ACER’s Clinical Trials
ACER INSTITUTE IS ORGANIZING TWO CLINICAL TRIALS, WHITH ARE PENDING
WHAT IS A CLINICAL TRIAL ?
Clinical trials is a way to develop new ways to prevent, detect, diagnose, and treat cancer and other diseases.
It is also a way for advanced “terminal” patients to boost their hope and try an alternative approach, usually for free.
For researchers and clinicians, trials are important to determining the potential benefits and safety of investigational cancer therapies.
In the conventional oncology work, clinical trials are the last step before treatments can be commercialized. They come after the completion of basic lab research and testing. Clinical testing in patients helps to understanding how a particular therapy will perform and what kinds of side effects may occur.
FOUR CLINICAL TRIAL PHASES
Phase I trials are the first studies to test the safety aspect of a new drug, drug combination, supplement or medical procedure.
Phase II trials evaluate drug or medical intervention effectiveness and usually involve more participants than phase I studies.
Phase III trials are designed to compare a new treatment to one or more standard treatments and are usually randomized, meaning participants are randomly divided into treatment groups and not told until the study is over whether they received a standard treatment or the new treatment.
Phase IV trials are also known as post-marketing studies. These trials provide “real-world” data on the therapy.
Because new trials are continually getting underway, your oncologist may not be aware of all the studies available for patients with your specific type and stage of cancer. If you are interested in finding which clinical trials might be right for you, resources such as ClinicalTrials.gov are available. ClinicalTrials.gov is a registry of all publicly and privately supported clinical studies conducted around the world.
Before searching for a clinical trial, it is important to know the details of your cancer diagnosis, such as your cancer type and location; tumor size (if a solid tumor); cancer stage; and previous cancer treatments, if any.
Decades of cancer research have established that people from different races and ethnicities have differences in their susceptibilities to cancer, and there are differences in the way they respond to different treatments. Therefore, it is imperative that people of different races and ethnicities participate in clinical trials to help researchers identify appropriate treatment options.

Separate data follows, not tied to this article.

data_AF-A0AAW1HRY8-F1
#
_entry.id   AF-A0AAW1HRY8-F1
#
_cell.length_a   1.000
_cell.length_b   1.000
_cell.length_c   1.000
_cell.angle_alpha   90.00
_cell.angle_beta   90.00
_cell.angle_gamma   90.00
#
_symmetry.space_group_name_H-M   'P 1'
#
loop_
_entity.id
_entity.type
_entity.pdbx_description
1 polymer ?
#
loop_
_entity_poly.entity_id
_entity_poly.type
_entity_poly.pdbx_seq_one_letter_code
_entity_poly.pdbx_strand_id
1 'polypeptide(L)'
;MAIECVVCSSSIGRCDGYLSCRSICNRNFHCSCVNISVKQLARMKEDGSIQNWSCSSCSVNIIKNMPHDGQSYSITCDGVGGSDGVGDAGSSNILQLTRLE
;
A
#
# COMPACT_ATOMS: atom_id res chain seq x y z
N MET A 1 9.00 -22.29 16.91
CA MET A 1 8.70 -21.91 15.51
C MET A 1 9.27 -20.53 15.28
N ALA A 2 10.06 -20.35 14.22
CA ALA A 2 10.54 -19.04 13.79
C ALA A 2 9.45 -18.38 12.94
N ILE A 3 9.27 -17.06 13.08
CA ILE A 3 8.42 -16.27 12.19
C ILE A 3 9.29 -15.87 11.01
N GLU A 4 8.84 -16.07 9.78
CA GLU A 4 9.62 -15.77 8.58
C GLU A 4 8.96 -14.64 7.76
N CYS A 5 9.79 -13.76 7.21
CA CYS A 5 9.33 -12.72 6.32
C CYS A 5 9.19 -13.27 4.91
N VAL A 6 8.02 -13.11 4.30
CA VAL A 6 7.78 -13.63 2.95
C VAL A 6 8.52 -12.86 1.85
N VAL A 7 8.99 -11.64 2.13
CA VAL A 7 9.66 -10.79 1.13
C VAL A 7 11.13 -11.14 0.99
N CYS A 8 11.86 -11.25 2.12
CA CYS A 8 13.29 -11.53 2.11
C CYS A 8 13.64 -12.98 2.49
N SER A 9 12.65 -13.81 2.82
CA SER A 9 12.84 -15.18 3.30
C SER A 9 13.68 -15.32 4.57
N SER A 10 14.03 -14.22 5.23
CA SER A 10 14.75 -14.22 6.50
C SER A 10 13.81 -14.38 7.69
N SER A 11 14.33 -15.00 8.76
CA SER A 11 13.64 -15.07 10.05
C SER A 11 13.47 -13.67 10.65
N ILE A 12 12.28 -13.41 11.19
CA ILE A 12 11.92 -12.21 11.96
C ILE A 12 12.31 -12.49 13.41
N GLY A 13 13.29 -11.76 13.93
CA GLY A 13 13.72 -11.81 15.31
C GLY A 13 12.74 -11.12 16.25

In August 2014, the Food and Drug Administration put forth an action plan to increase participation by women, minorities, and older people in clinical trials. The goal of this plan is to improve the data quality on minority participation, identify barriers to minority enrollment in clinical trials and employ strategies to encourage greater participation, and make demographic subgroup data more available and transparent.
LIMITATION OF CONVENTIONAL CLINICAL TRIALS
In addition to their high costs, in the conventional system, the clinical trial process can take 5 to 10 years, and by that time, cancer research usually has made that clinical trial object obsolete, this is one of the reasons why the majority of clinical trials are stopped during their course or not followed through. Furthermore, much in hoslistic oncology works via health interventions which can not be put in a randomized double blind trial (Phase 3) because the patient knows what she or he is doing (eg, heat therapy, juicing, exercises etc).
ACER’S PENDING PROPOSED NEW TYPE OF CLINICAL TRIAL
For all of these reasons, ACER Institute has proposed two clinical trials without randomization and without Phase One, given the lack of danger from these non invasive methods. We are therefore simply accepting a certain amount of patients who will upregulate the anti cancer genes (tumor suppression genes among others) and down regulate the cancer genes (like Ras, or Her 2 +) via Holistic oncology, meaning “Lifestye medicine” which includes nutrition, exercises, meditation, education, breathing, oxygenation, heat among other techniques that can be learned at the Pyrenean Holistic Wellbeing Center.